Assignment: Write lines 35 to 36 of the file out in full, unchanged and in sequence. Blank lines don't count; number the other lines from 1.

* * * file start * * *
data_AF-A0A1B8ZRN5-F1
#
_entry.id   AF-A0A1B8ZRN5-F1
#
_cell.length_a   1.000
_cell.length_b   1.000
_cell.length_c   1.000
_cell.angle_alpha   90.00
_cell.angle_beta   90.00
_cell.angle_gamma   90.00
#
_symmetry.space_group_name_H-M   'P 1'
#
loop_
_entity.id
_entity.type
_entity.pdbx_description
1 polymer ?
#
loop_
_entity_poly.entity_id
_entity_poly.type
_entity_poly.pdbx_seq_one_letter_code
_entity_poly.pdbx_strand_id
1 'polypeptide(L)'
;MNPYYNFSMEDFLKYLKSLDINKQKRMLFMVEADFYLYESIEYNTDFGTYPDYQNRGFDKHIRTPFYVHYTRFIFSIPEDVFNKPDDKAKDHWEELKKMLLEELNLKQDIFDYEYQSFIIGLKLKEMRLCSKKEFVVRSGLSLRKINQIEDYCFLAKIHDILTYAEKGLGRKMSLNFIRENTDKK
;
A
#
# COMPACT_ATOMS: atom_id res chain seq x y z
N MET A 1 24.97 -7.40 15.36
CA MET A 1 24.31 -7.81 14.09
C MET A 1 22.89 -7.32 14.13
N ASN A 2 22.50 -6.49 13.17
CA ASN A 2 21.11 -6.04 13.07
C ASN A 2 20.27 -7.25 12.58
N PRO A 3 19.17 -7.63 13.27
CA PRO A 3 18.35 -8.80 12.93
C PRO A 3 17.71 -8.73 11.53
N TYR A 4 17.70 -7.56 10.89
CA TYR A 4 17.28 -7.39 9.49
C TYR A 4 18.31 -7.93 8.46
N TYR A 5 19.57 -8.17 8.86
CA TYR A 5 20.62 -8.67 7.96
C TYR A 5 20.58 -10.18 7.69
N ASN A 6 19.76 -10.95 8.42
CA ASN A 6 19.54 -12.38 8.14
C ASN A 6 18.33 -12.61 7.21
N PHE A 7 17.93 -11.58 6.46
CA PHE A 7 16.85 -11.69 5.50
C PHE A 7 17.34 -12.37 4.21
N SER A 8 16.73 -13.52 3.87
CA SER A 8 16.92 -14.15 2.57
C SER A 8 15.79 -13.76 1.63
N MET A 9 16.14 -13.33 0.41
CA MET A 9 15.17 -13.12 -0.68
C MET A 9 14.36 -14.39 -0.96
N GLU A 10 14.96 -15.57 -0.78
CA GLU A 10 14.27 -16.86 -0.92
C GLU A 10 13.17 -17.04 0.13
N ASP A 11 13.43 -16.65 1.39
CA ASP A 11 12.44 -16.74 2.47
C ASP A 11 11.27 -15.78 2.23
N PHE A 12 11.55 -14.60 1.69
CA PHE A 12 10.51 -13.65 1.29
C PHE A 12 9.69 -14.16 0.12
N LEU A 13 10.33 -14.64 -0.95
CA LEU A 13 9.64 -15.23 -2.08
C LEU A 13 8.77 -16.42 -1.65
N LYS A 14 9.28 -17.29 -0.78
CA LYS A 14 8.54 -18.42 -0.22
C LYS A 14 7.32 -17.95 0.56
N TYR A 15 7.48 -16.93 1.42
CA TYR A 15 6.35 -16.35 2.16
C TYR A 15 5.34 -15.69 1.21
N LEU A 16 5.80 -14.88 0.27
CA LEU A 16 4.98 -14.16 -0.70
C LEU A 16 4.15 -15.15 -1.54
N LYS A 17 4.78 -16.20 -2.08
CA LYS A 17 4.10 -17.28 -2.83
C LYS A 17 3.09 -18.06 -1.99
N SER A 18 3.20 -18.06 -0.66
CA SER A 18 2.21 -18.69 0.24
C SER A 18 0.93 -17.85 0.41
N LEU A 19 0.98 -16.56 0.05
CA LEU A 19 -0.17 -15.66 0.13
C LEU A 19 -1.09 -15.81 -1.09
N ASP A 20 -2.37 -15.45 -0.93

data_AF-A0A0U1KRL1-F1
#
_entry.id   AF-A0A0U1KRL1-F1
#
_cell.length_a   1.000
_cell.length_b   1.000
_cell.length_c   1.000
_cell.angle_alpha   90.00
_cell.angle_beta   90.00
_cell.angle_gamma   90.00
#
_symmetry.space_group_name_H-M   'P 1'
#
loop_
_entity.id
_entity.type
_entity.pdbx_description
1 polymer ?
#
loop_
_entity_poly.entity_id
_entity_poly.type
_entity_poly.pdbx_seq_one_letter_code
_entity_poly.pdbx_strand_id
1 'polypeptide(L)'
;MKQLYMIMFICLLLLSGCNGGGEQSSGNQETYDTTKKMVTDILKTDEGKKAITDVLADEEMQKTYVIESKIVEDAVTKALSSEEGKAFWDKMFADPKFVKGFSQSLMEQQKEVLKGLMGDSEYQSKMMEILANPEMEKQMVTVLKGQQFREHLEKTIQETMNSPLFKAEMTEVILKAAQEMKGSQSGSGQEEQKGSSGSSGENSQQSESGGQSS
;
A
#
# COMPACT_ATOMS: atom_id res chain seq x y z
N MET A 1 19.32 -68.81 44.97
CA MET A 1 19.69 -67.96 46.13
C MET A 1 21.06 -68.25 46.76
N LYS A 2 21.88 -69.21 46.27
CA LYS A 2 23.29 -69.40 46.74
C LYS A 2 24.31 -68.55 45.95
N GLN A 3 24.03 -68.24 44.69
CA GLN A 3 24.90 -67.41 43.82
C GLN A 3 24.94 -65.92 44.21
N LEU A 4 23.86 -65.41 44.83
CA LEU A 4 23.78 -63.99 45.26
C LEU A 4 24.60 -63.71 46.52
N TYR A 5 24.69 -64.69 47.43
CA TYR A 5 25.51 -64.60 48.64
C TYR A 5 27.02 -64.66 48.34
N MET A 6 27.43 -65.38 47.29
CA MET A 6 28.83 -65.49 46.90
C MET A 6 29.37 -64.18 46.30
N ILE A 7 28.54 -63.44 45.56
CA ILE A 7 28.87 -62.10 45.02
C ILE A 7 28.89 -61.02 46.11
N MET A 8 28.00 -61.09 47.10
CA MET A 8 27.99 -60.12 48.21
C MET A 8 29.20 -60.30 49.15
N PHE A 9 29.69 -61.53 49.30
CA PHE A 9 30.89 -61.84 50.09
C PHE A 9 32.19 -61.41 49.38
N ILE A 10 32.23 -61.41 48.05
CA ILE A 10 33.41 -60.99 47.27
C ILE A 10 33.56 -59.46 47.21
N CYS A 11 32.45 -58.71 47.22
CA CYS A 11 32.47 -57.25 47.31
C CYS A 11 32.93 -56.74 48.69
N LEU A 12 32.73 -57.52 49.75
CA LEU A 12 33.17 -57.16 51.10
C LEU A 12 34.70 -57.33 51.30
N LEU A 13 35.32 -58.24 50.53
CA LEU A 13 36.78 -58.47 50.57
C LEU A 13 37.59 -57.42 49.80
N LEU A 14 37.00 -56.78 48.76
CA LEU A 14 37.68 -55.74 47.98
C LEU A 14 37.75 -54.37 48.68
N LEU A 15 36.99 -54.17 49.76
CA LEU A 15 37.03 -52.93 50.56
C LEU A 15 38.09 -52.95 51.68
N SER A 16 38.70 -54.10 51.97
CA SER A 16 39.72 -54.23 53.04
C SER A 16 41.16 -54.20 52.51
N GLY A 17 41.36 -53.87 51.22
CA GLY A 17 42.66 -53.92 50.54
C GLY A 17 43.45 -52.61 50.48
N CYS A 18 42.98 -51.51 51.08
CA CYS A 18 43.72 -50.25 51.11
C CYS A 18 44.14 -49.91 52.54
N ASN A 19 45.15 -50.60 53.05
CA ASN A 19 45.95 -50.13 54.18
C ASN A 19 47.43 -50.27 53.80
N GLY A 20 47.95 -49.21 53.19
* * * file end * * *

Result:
CA ASN A 2 21.11 -6.04 13.07
C ASN A 2 20.27 -7.25 12.58